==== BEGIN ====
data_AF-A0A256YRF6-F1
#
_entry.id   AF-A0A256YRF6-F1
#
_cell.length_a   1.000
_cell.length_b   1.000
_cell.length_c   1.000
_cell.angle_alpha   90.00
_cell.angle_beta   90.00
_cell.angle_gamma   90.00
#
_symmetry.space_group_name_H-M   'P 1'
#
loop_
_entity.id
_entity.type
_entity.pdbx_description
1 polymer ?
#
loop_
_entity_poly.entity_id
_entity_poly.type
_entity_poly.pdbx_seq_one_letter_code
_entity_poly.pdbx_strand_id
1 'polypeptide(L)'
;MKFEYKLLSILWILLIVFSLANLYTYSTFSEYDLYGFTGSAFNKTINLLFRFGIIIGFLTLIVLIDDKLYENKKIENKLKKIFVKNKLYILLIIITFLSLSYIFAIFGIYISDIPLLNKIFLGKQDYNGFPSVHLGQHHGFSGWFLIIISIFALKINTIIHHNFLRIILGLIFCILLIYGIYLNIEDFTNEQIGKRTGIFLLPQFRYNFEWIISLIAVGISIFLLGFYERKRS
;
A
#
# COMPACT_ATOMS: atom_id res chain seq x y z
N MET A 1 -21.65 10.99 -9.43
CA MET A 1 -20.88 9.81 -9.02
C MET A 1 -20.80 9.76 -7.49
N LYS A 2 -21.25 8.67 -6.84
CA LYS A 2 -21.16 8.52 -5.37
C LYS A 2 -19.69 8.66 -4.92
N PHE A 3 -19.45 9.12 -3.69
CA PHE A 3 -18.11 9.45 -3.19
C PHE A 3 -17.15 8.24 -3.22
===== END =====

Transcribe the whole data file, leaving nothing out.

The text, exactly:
data_AF-A0A256YRF6-F1
#
_entry.id   AF-A0A256YRF6-F1
#
_cell.length_a   1.000
_cell.length_b   1.000
_cell.length_c   1.000
_cell.angle_alpha   90.00
_cell.angle_beta   90.00
_cell.angle_gamma   90.00
#
_symmetry.space_group_name_H-M   'P 1'
#
loop_
_entity.id
_entity.type
_entity.pdbx_description
1 polymer ?
#
loop_
_entity_poly.entity_id
_entity_poly.type
_entity_poly.pdbx_seq_one_letter_code
_entity_poly.pdbx_strand_id
1 'polypeptide(L)'
;MKFEYKLLSILWILLIVFSLANLYTYSTFSEYDLYGFTGSAFNKTINLLFRFGIIIGFLTLIVLIDDKLYENKKIENKLKKIFVKNKLYILLIIITFLSLSYIFAIFGIYISDIPLLNKIFLGKQDYNGFPSVHLGQHHGFSGWFLIIISIFALKINTIIHHNFLRIILGLIFCILLIYGIYLNIEDFTNEQIGKRTGIFLLPQFRYNFEWIISLIAVGISIFLLGFYERKRS
;
A
#
# COMPACT_ATOMS: atom_id res chain seq x y z
N MET A 1 -21.65 10.99 -9.43
CA MET A 1 -20.88 9.81 -9.02
C MET A 1 -20.80 9.76 -7.49
N LYS A 2 -21.25 8.67 -6.84
CA LYS A 2 -21.16 8.52 -5.37
C LYS A 2 -19.69 8.66 -4.92
N PHE A 3 -19.45 9.12 -3.69
CA PHE A 3 -18.11 9.45 -3.19
C PHE A 3 -17.15 8.24 -3.22